The corporate restructuring team from PricewaterhouseCoopers said it was hopeful that it will be able to pay all the outstanding wage arrears but that this was dependent on accessing funds to pay for the costs of the business.
PwC partner Rob Hunt said: “Our initial focus will be to quickly engage with parties who may be interested in acquiring all or part of the business, and to better understand the financial position and options for the company. The stores will remain closed while we have these conversations.
“We will also be talking to network operators and suppliers, and trying to access funds to pay for the costs of the business, including wages.”
The collapse of Phones 4u, which has 700 outlets including around 550 standalone stores, follows EE’s decision to join Vodafone in cutting ties with the retailer, which sells contracts on behalf of the network operators.
Entrepreneur John Caudwell, who set up the operation in the 1980s before selling it for £1.5bn (€1.9bn) in 2006, said he was “sickened and saddened” for the nearly 6,000 staff who work at the firm.
Phones 4u said the decision by EE not to renew its current contract — due to end next year — came as a “complete shock” and meant it would be left without a single network partner after Vodafone said earlier this month that it would not extend its agreement.
The company is owned by private equity firm BC Partners, which last year received a one-off dividend of £200m from Phones 4u.
Phone operators are increasingly targeting sales through their own stores while Phones 4u’s rival Dixons Carphone — created from Carphone Warehouse and the company behind PC World and Currys — has been successful in building relationships with the phone operators.
Phones 4u said that both EE and Vodafone had, until recently, indicated that they saw Phones 4u as a long-term strategic partner.
Stefano Quadrio Curzio, a representative of BC Partners, said: “Vodafone has acted in exactly the opposite way to what they had consistently indicated to the management of Phones 4u over more than six months.
“Their behaviour appears to have been designed to inflict the maximum damage to their partner of 15 years, giving Phones 4u no time to develop commercial alternatives.”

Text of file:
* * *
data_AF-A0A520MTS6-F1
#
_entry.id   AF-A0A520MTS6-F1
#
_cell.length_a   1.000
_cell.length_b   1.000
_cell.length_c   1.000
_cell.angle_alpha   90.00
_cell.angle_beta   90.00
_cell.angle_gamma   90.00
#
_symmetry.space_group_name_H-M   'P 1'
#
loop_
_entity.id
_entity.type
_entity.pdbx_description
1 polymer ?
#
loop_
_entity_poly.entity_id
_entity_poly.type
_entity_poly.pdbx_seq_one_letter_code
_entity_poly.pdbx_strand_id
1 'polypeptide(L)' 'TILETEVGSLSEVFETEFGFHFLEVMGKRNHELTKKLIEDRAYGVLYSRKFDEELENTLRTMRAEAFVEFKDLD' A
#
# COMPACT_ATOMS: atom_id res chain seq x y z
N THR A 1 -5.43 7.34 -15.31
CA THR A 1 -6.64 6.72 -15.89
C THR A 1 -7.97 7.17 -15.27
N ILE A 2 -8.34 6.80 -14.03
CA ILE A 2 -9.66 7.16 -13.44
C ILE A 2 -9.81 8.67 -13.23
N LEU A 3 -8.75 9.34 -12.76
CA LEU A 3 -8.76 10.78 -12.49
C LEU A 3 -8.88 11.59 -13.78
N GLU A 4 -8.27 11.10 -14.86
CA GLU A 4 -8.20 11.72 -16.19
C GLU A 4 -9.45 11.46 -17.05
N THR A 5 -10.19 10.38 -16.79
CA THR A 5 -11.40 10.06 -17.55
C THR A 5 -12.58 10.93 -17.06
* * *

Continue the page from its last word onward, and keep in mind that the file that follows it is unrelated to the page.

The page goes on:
Vodafone said it rejected any suggestion that it behaved inappropriately during its negotiations with Phones 4u.
It said: “Phones 4u was offered repeated opportunities to propose competitive distribution terms to enable us to conclude a new agreement, but was unable to do so on terms which were commercially viable for Vodafone in the current UK market conditions.
“We were told by the Phones 4u management team that they had little commercial flexibility due to their debt repayment obligations, but that they had a number of alternative strategies in place if we couldn’t reach an agreement with them.”
EE said its decision not to renew its contract in September 2015 was in part driven by uncertainty over the long-term viability of Phones 4u.
Phones 4u chief executive David Kassler said last night: “If the mobile network operators decline to supply us, we do not have a business. A good company making profits of over £100m, employing thousands of decent people has been forced into administration.
“The great service we have provided should have guaranteed a strong future, but unfortunately our network partners have decided otherwise. The ultimate result will be less competition, less choice and higher prices for mobile customers in the UK.”